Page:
A Prehistoric Flying Creature Nicknamed ‘Monkeydactyl’ May Have Climbed Trees Using Opposable Thumbs

The newly described Jurassic pterosaur may be the oldest animal known to possess opposable thumbs

Kunpengopterus antipollicatus
An artist's rendering of a newly described species of flying reptile named Kunpengopterus antipollicatus. The Jurassic-era pterosaur may be the earliest animal known to possess opposable thumbs. Chuang Zhao

Researchers have bestowed a newly described species of Jurassic flying reptile with the nickname Monkeydactyl because it has opposable thumbs, reports Maria Temming for Science News.

Paleontologists discovered the 160-million-year-old fossilized pterosaur in an ancient forest called Tiaojishan near modern Liaoning, China. The creature’s scientific name is Kunpengopterus antipollicatus and it may be the earliest animal known to possess what appears to be an opposable thumb.

The authors of the new research, published earlier this week in the journal Current Biology, suggest this opposable thumb, which could have given the pterosaur the ability to more effectively grasp objects in its environment, may have allowed K. antipollicatus to live in the trees.

To better understand the structure and function of the new pterosaur’s anatomy, the team scanned the fossil using micro-computerized tomography, an imaging technique that uses X-rays to create a 3-D image of an object by scanning it slice by slice. Analysis of Monkeydactyl’s forelimb morphology made researchers think it would have been well-suited for climbing, according to a statement.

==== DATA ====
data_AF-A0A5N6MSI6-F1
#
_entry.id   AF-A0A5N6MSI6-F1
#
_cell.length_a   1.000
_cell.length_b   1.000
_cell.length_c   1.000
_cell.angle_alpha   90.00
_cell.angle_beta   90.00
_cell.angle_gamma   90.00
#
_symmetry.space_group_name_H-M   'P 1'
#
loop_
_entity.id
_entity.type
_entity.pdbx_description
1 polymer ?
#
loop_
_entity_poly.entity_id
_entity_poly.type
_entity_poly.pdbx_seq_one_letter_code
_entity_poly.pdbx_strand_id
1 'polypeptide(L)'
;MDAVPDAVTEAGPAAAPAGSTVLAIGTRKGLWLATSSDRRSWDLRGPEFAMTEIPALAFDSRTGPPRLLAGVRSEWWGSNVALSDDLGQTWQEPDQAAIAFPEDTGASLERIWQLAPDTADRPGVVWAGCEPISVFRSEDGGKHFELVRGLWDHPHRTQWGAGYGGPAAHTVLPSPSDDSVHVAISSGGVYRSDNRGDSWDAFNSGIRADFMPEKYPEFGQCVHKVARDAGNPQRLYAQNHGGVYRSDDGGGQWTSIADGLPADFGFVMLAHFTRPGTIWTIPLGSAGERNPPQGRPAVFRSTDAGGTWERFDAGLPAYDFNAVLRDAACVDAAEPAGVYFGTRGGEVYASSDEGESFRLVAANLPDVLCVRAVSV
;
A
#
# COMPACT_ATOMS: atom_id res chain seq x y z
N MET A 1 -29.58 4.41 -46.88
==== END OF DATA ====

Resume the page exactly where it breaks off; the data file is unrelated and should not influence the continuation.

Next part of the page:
Researchers also examined the question of whether K. antipollicatus was arboreal by studying its skeleton and 25 other pterosaur species alongside more than 150 other species known for tree climbing. The researchers say these comparisons also confirmed the Monkeydactyl moniker was appropriate, showing the animal could have had the right musculature and joint flexibility for climbing.

Moreover, several pterosaurs that lived around the same time and location as K. antipollicatus lacked opposable thumbs and don’t appear to have been tree climbers.

“Our results show that K. antipollicatus has occupied a different niche from Darwinopterus and Wukongopterus, which has likely minimized competition among these pterosaurs,” says Xuanyu Zhou, a paleontologist at the China University of Geosciences and the study’s lead author, in the statement.

But Kevin Padian, a paleontologist at the University of California, Berkeley who was not involved in the research, tells Isaac Schultz of Gizmodo that “an opposable thumb is not an infallible indication of arboreality.” For example, Padian tells Gizmodo that otters and raccoons have opposable thumbs but aren’t arboreal.

Padian also questions whether the position of K. antipollicatus’ proposed thumb in the fossil is indicative of the digit’s orientation in life.

“The bottom line, for me, is that the specimen’s articular surfaces are too poorly preserved to draw an inference of opposability,” he tells Gizmodo. “I think we would want more and better-preserved examples of this species before jumping to conclusions.”